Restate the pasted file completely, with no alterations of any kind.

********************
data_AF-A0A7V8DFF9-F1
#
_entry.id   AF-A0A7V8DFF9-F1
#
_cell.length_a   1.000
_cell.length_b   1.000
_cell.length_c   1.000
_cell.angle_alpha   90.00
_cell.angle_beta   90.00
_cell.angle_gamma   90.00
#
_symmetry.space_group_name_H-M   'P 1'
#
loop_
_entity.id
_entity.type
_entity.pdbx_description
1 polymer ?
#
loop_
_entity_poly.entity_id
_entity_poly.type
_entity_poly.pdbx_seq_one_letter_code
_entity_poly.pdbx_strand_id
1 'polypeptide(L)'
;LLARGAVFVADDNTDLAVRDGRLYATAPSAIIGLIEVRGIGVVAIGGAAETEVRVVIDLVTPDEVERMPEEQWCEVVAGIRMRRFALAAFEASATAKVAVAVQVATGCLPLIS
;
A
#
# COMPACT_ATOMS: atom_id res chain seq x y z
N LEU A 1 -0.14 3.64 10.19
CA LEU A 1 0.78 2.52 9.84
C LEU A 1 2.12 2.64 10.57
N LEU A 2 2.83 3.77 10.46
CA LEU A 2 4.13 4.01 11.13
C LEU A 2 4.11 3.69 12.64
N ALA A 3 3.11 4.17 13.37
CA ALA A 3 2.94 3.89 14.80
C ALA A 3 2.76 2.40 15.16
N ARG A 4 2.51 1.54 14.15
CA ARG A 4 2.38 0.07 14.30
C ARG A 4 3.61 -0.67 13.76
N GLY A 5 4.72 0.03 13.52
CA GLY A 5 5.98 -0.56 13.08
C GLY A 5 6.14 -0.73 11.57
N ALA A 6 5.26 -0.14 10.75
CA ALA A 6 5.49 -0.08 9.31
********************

data_AF-A0A7V8DFF9-F1
#
_entry.id   AF-A0A7V8DFF9-F1
#
_cell.length_a   1.000
_cell.length_b   1.000
_cell.length_c   1.000
_cell.angle_alpha   90.00
_cell.angle_beta   90.00
_cell.angle_gamma   90.00
#
_symmetry.space_group_name_H-M   'P 1'
#
loop_
_entity.id
_entity.type
_entity.pdbx_description
1 polymer ?
#
loop_
_entity_poly.entity_id
_entity_poly.type
_entity_poly.pdbx_seq_one_letter_code
_entity_poly.pdbx_strand_id
1 'polypeptide(L)'
;LLARGAVFVADDNTDLAVRDGRLYATAPSAIIGLIEVRGIGVVAIGGAAETEVRVVIDLVTPDEVERMPEEQWCEVVAGIRMRRFALAAFEASATAKVAVAVQVATGCLPLIS
;
A
#
# COMPACT_ATOMS: atom_id res chain seq x y z
N LEU A 1 -0.14 3.64 10.19
CA LEU A 1 0.78 2.52 9.84
C LEU A 1 2.12 2.64 10.57
N LEU A 2 2.83 3.77 10.46
CA LEU A 2 4.13 4.01 11.13
C LEU A 2 4.11 3.69 12.64
N ALA A 3 3.11 4.17 13.37
CA ALA A 3 2.94 3.89 14.80
C ALA A 3 2.76 2.40 15.16
N ARG A 4 2.51 1.54 14.15
CA ARG A 4 2.38 0.07 14.30
C ARG A 4 3.61 -0.67 13.76
N GLY A 5 4.72 0.03 13.52
CA GLY A 5 5.98 -0.56 13.08
C GLY A 5 6.14 -0.73 11.57
N ALA A 6 5.26 -0.14 10.75
CA ALA A 6 5.49 -0.08 9.31